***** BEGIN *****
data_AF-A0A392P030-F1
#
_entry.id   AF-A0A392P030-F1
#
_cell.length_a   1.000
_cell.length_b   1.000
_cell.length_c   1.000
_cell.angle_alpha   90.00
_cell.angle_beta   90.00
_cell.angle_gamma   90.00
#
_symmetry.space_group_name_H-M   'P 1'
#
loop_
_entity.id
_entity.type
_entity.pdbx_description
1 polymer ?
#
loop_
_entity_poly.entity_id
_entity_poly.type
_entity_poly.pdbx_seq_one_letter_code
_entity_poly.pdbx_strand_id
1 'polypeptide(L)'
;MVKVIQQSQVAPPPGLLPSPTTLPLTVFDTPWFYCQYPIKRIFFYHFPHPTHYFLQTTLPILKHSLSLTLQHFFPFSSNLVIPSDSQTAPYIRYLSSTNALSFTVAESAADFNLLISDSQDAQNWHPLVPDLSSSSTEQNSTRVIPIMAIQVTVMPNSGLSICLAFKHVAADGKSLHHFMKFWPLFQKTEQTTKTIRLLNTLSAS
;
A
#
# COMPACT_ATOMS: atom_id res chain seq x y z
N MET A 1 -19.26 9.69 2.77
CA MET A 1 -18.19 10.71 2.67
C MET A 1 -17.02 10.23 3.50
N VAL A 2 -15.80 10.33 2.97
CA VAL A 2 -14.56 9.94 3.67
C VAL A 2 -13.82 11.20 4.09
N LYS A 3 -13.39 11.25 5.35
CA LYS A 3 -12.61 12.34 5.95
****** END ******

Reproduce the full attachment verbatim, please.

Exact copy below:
data_AF-A0A392P030-F1
#
_entry.id   AF-A0A392P030-F1
#
_cell.length_a   1.000
_cell.length_b   1.000
_cell.length_c   1.000
_cell.angle_alpha   90.00
_cell.angle_beta   90.00
_cell.angle_gamma   90.00
#
_symmetry.space_group_name_H-M   'P 1'
#
loop_
_entity.id
_entity.type
_entity.pdbx_description
1 polymer ?
#
loop_
_entity_poly.entity_id
_entity_poly.type
_entity_poly.pdbx_seq_one_letter_code
_entity_poly.pdbx_strand_id
1 'polypeptide(L)'
;MVKVIQQSQVAPPPGLLPSPTTLPLTVFDTPWFYCQYPIKRIFFYHFPHPTHYFLQTTLPILKHSLSLTLQHFFPFSSNLVIPSDSQTAPYIRYLSSTNALSFTVAESAADFNLLISDSQDAQNWHPLVPDLSSSSTEQNSTRVIPIMAIQVTVMPNSGLSICLAFKHVAADGKSLHHFMKFWPLFQKTEQTTKTIRLLNTLSAS
;
A
#
# COMPACT_ATOMS: atom_id res chain seq x y z
N MET A 1 -19.26 9.69 2.77
CA MET A 1 -18.19 10.71 2.67
C MET A 1 -17.02 10.23 3.50
N VAL A 2 -15.80 10.33 2.97
CA VAL A 2 -14.56 9.94 3.67
C VAL A 2 -13.82 11.20 4.09
N LYS A 3 -13.39 11.25 5.35
CA LYS A 3 -12.61 12.34 5.95